• Power generation. Renewable energy provides 21.7% of electricity generation worldwide as of 2013.[12] Renewable power generators are spread across many countries, and wind power alone already provides a significant share of electricity in some areas: for example, 14% in the U.S. state of Iowa, 40% in the northern German state of Schleswig-Holstein, and 49% in Denmark. Some countries get most of their power from renewables, including Iceland (100%), Norway (98%), Brazil (86%), Austria (62%), New Zealand (65%), and Sweden (54%).[13]
  • Heating. Solar water heating makes an important contribution to renewable heat in many countries, most notably in China, which now has 70% of the global total (180 GWth). Most of these systems are installed on multi-family apartment buildings and meet a portion of the hot water needs of an estimated 50–60 million households in China. Worldwide, total installed solar water heating systems meet a portion of the water heating needs of over 70 million households. The use of biomass for heating continues to grow as well. In Sweden, national use of biomass energy has surpassed that of oil. Direct geothermal for heating is also growing rapidly.[13]
  • Transport fuels. Renewable biofuels have contributed to a significant decline in oil consumption in the United States since 2006.[13] U.S. oil use fell 8.5% from 2005 to 2014.[14]The 93 billion liters of biofuels produced worldwide in 2009 displaced the equivalent of an estimated 68 billion liters of gasoline, equal to about 5% of world gasoline production.[13]

As of 2011, small solar PV systems provide electricity to a few million households, and micro-hydro configured into mini-grids serves many more. Over 44 million households usebiogas made in household-scale digesters for lighting and/or cooking, and more than 166 million households rely on a new generation of more-efficient biomass cookstoves.[15] United Nations‘ Secretary-General Ban Ki-moon has said that renewable energy has the ability to lift the poorest nations to new levels of prosperity.[9]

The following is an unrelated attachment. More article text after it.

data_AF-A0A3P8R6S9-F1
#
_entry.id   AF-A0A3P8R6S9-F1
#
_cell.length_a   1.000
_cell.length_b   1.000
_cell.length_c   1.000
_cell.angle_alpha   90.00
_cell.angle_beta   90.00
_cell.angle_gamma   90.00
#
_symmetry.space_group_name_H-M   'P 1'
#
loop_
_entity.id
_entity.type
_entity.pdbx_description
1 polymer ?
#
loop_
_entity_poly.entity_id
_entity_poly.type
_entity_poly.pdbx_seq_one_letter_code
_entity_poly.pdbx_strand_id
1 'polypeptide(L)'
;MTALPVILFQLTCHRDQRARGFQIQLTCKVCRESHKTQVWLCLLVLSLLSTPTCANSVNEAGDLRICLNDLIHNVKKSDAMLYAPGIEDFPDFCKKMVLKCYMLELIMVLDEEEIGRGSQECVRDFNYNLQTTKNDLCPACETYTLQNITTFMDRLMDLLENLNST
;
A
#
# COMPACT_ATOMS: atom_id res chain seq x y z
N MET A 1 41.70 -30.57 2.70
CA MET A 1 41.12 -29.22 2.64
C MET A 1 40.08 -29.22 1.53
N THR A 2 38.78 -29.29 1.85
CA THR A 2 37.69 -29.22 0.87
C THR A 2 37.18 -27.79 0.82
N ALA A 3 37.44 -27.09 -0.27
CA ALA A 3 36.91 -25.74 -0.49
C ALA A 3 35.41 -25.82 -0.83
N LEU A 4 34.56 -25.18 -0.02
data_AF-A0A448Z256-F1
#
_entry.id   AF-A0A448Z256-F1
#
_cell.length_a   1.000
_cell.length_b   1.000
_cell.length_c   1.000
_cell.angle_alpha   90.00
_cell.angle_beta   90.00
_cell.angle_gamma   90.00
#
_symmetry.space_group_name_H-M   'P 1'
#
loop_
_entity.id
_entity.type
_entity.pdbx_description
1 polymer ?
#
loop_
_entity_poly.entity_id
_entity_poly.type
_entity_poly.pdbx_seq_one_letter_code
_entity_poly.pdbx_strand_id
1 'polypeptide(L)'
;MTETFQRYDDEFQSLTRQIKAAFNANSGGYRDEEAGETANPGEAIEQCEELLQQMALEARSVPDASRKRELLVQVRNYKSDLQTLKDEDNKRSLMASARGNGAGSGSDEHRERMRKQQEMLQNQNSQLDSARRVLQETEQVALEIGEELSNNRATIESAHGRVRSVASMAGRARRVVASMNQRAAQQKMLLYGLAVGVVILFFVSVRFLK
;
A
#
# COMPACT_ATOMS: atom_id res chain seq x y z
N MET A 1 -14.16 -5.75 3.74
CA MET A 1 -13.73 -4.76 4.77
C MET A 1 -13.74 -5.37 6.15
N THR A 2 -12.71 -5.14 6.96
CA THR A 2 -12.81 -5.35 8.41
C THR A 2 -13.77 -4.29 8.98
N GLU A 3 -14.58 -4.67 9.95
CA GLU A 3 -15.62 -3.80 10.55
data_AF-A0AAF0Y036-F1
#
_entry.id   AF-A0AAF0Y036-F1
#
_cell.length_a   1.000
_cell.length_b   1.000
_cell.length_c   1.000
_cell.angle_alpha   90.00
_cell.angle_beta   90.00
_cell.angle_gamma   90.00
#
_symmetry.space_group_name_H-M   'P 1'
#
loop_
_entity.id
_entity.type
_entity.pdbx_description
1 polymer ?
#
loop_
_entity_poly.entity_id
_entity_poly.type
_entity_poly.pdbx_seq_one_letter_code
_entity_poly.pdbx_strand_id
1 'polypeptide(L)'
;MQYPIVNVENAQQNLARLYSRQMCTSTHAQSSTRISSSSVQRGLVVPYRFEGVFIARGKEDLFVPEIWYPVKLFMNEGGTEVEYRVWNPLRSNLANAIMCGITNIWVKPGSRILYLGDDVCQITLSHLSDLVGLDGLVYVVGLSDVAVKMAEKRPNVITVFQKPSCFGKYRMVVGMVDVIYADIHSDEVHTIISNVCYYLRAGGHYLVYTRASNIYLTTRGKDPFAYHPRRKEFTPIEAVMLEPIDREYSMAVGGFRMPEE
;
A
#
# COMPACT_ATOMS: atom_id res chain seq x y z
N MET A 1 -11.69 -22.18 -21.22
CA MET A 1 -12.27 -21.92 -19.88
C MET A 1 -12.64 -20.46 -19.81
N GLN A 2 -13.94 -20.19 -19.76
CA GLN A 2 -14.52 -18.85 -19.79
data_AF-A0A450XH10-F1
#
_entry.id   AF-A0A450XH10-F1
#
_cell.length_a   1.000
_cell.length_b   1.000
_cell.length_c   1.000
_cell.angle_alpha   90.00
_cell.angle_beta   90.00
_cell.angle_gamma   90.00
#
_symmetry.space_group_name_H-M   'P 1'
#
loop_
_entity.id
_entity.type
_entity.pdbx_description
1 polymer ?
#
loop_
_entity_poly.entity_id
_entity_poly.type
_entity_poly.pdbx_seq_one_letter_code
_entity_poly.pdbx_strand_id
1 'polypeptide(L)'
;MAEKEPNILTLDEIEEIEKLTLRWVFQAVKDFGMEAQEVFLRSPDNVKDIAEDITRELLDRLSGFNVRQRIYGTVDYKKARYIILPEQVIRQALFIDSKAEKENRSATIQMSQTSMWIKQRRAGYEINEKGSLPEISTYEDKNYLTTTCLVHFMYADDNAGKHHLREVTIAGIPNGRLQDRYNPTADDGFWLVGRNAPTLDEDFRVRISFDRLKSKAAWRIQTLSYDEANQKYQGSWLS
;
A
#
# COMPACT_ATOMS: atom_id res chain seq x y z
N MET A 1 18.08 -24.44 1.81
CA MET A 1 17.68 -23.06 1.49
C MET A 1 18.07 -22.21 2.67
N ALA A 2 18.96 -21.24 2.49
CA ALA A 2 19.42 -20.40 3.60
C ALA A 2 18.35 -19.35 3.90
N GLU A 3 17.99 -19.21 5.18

At the national level, at least 30 nations around the world already have renewable energy contributing more than 20% of energy supply. National renewable energy markets are projected to continue to grow strongly in the coming decade and beyond, and some 120 countries have various policy targets for longer-term shares of renewable energy, including a 20% target of all electricity generated for the European Union by 2020. Some countries have much higher long-term policy targets of up to 100% renewables. Outside Europe, a diverse group of 20 or more other countries target renewable energy shares in the 2020–2030 time frame that range from 10% to 50%.[7]

Climate change and global warming concerns, coupled with high oil prices, peak oil, and increasing government support, are driving increasing renewable energy legislation, incentives and commercialization.[6] New government spending, regulation and policies helped the industry weather the global financial crisis better than many other sectors.[16] According to a 2011 projection by the International Energy Agency, solar power generators may produce most of the world’s electricity within 50 years, reducing the emissions of greenhouse gases that harm the environment.[17]

Renewable energy sources, that derive their energy from the sun, either directly or indirectly, such as hydro and wind, are expected to be capable of supplying humanity energy for almost another 1 billion years, at which point the predicted increase in heat from the sun is expected to make the surface of the earth too hot for liquid water to exist.[18][19]

Advertisements

Leave a Reply

Fill in your details below or click an icon to log in:

WordPress.com Logo

You are commenting using your WordPress.com account. Log Out / Change )

Twitter picture

You are commenting using your Twitter account. Log Out / Change )

Facebook photo

You are commenting using your Facebook account. Log Out / Change )

Google+ photo

You are commenting using your Google+ account. Log Out / Change )

Connecting to %s